Viewpoint: How the US will transform its investment role in Africa with a new $60 billion agency
By Jonathan Berman
Business between the US and Africa just took a step forward. Easy to miss amidst the partisan din of the approaching election, the US Senate passed the Better Utilization of Investments Leading to Development (BUILD) Act, and it was signed into law Oct. 5. Despite the strong bipartisan support (93 of 99 senators voted for it) the act has its critics, in particular among libertarian conservatives.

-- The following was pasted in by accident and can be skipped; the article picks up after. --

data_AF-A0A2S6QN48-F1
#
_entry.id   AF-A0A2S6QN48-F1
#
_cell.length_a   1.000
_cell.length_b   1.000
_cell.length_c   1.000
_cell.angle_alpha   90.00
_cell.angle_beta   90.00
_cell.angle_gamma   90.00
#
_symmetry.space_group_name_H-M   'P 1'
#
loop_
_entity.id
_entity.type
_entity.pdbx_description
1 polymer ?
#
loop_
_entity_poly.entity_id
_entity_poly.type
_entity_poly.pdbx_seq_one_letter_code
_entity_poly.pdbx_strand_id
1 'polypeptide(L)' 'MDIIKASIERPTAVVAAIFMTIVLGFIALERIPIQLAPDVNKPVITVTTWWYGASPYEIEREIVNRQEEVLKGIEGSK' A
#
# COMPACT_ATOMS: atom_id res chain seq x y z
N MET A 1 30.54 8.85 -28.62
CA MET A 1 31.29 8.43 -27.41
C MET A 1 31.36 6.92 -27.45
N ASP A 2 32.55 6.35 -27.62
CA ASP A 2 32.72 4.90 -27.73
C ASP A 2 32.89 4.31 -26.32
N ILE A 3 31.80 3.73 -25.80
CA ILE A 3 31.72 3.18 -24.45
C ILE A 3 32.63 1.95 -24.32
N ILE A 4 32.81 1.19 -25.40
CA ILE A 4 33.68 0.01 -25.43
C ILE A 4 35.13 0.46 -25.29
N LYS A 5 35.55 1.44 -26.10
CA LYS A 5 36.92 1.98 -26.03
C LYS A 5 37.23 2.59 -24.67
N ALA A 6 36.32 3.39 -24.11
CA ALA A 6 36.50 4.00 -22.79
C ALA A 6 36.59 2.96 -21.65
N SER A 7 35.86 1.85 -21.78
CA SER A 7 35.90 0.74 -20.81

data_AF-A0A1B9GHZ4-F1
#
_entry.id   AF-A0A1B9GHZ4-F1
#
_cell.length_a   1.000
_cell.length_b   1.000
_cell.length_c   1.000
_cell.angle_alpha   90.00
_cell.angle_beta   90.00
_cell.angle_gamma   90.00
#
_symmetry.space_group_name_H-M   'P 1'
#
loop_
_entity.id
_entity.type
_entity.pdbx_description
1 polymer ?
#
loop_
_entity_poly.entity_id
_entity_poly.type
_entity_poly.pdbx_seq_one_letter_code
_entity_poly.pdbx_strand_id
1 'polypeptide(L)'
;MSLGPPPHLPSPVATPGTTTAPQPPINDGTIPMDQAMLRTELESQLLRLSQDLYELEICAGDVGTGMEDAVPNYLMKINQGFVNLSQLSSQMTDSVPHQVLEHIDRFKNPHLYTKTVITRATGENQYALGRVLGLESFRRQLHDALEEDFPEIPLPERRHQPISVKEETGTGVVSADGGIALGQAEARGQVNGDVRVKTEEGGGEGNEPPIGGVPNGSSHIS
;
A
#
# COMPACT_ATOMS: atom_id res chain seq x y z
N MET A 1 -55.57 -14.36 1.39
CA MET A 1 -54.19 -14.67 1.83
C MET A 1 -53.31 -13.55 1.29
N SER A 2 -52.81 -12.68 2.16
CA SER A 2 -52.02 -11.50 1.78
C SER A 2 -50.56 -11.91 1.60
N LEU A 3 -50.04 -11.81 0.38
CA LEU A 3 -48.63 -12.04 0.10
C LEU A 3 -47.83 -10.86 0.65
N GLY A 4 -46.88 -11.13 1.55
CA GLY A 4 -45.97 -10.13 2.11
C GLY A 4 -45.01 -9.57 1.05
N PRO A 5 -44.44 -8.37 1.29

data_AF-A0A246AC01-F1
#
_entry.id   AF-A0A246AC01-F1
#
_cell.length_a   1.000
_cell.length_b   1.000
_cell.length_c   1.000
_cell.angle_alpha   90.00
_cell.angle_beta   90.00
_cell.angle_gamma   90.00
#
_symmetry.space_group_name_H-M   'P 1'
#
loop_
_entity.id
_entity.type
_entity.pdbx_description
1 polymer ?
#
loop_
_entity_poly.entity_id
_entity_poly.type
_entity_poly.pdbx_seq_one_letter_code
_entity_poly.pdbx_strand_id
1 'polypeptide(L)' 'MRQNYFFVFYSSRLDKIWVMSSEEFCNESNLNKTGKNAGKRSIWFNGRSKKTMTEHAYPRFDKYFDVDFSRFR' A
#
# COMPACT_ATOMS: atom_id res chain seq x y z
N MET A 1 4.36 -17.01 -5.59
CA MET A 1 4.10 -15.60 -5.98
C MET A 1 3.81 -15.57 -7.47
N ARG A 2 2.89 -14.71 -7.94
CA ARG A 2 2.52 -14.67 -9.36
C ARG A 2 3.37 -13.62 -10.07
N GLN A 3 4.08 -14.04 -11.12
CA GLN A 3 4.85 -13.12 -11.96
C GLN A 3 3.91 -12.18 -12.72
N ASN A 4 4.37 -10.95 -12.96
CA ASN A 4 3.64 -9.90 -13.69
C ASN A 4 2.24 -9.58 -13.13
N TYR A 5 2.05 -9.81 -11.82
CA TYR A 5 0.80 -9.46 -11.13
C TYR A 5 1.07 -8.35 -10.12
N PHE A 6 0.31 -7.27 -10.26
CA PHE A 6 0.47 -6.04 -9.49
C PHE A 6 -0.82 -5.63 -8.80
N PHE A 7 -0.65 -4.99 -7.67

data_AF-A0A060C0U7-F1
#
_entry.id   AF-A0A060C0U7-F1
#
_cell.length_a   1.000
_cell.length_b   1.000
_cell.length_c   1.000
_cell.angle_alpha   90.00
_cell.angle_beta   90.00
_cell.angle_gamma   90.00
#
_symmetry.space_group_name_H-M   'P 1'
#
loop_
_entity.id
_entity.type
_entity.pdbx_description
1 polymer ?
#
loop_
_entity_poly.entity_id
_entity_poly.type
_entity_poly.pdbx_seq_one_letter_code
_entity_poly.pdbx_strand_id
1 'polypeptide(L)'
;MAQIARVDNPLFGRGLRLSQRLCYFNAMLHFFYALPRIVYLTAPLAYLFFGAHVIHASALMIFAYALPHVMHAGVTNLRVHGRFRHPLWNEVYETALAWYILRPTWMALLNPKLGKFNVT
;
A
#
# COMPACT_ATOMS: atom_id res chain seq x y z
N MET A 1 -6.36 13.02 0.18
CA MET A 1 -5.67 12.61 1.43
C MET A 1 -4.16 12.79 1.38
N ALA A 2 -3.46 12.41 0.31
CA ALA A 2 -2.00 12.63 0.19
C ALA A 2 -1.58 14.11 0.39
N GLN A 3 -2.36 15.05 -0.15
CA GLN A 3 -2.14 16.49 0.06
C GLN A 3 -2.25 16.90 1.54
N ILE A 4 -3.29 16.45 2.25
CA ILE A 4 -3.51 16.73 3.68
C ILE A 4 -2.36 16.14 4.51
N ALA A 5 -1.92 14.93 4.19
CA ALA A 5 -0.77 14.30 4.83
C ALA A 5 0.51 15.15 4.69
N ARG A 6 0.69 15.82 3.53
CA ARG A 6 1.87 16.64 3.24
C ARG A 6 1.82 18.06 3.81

In my view, the BUILD act brings the US-Africa business relationship from underground to above ground and may yet bring it to the cloud.
For at least thirty years, the US’s commercial relationship with Africa has been dominated by resources underground. Oil, gas and minerals account for about half of all US direct investment in Africa. There has been growth in almost every sector of Africa’s economy, but commercial relations with the US have been dominated by US engagement in natural resources.